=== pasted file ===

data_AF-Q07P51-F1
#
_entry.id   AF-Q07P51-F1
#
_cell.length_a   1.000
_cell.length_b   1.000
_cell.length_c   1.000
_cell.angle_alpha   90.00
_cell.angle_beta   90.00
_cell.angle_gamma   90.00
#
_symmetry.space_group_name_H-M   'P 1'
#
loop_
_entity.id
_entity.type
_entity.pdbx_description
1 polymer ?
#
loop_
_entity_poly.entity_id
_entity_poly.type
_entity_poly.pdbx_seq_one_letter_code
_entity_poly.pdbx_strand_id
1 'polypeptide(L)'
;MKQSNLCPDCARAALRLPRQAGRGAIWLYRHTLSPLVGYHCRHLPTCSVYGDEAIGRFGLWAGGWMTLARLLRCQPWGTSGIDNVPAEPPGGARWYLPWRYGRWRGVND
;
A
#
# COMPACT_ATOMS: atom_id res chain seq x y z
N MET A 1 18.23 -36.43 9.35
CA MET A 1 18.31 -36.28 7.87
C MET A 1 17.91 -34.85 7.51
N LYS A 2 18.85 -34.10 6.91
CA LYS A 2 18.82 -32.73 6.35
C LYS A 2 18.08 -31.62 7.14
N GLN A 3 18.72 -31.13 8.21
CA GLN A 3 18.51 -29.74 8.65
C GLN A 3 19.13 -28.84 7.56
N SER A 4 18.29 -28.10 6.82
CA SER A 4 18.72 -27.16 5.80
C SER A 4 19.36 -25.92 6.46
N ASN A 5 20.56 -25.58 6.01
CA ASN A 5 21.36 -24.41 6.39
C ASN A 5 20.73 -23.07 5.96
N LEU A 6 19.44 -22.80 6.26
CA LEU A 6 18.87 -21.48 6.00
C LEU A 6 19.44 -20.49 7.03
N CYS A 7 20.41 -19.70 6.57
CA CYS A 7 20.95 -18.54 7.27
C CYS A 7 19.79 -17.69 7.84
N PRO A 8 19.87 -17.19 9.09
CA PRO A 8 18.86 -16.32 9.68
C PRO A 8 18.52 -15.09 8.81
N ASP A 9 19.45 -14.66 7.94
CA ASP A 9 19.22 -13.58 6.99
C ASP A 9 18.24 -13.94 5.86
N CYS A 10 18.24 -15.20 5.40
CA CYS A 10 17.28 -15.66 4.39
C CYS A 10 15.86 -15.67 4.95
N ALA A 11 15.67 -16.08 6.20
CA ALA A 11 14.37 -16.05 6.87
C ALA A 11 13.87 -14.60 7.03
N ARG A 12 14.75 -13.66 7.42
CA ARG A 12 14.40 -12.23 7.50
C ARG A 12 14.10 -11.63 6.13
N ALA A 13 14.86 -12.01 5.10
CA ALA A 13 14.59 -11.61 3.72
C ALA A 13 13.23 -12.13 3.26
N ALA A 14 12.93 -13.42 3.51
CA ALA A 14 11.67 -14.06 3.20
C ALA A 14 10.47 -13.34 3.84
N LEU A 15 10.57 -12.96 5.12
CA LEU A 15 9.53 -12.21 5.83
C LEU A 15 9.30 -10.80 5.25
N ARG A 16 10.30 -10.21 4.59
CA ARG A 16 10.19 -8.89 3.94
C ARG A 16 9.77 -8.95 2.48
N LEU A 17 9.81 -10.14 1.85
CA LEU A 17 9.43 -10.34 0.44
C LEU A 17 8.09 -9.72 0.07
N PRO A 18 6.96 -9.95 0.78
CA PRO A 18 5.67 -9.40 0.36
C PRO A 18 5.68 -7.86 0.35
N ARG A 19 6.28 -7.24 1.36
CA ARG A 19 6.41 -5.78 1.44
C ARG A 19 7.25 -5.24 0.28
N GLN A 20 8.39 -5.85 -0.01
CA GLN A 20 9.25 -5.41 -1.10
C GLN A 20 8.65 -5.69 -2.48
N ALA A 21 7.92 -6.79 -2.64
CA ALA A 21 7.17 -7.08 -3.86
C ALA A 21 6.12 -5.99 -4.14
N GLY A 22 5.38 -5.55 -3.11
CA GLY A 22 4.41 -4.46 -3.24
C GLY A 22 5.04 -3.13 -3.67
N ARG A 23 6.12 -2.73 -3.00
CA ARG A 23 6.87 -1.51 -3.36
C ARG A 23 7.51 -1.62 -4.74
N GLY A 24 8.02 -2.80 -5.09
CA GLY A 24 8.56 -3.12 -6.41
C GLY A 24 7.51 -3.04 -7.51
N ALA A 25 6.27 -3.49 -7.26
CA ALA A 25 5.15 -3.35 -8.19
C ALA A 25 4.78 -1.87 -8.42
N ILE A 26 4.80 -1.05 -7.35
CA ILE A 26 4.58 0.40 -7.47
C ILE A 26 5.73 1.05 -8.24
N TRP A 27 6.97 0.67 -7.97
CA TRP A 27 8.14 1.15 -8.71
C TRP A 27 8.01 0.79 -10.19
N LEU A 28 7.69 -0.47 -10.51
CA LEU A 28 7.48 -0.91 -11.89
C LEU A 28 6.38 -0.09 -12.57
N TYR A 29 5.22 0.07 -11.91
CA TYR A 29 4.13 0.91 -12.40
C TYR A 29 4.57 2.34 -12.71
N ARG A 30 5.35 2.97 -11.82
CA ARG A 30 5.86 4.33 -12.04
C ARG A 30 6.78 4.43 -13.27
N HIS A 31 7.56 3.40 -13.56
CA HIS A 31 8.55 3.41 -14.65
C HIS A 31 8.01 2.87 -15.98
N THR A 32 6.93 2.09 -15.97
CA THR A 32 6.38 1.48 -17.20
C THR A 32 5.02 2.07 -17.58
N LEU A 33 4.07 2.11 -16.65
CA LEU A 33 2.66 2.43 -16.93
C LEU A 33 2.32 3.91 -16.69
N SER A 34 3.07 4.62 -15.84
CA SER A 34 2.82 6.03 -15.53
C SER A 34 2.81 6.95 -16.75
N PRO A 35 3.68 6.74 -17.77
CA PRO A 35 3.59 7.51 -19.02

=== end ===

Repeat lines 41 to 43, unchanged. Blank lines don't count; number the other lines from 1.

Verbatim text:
CA SER A 4 18.72 -27.16 5.80
C SER A 4 19.36 -25.92 6.46
N ASN A 5 20.56 -25.58 6.01